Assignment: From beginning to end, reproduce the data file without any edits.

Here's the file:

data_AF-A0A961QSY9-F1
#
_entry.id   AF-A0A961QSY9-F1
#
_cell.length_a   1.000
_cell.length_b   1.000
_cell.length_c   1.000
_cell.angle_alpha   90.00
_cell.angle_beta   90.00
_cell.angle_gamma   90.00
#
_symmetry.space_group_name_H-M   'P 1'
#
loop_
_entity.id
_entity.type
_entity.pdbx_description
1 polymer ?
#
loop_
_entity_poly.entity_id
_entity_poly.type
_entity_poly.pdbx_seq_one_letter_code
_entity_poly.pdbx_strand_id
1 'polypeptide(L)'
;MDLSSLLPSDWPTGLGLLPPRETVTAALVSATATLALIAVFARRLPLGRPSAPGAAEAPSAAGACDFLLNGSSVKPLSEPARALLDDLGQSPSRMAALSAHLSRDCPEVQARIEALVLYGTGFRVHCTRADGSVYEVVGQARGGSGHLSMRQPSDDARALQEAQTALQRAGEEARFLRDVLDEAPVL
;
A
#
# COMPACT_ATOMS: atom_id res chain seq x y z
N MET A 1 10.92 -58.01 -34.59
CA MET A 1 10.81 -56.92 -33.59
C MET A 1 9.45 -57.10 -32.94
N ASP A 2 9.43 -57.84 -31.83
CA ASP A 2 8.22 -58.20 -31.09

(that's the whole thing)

data_AF-A0A961QSY9-F1
#
_entry.id   AF-A0A961QSY9-F1
#
_cell.length_a   1.000
_cell.length_b   1.000
_cell.length_c   1.000
_cell.angle_alpha   90.00
_cell.angle_beta   90.00
_cell.angle_gamma   90.00
#
_symmetry.space_group_name_H-M   'P 1'
#
loop_
_entity.id
_entity.type
_entity.pdbx_description
1 polymer ?
#
loop_
_entity_poly.entity_id
_entity_poly.type
_entity_poly.pdbx_seq_one_letter_code
_entity_poly.pdbx_strand_id
1 'polypeptide(L)'
;MDLSSLLPSDWPTGLGLLPPRETVTAALVSATATLALIAVFARRLPLGRPSAPGAAEAPSAAGACDFLLNGSSVKPLSEPARALLDDLGQSPSRMAALSAHLSRDCPEVQARIEALVLYGTGFRVHCTRADGSVYEVVGQARGGSGHLSMRQPSDDARALQEAQTALQRAGEEARFLRDVLDEAPVL
;
A
#
# COMPACT_ATOMS: atom_id res chain seq x y z
N MET A 1 10.92 -58.01 -34.59
CA MET A 1 10.81 -56.92 -33.59
C MET A 1 9.45 -57.10 -32.94
N ASP A 2 9.43 -57.84 -31.83
CA ASP A 2 8.22 -58.20 -31.09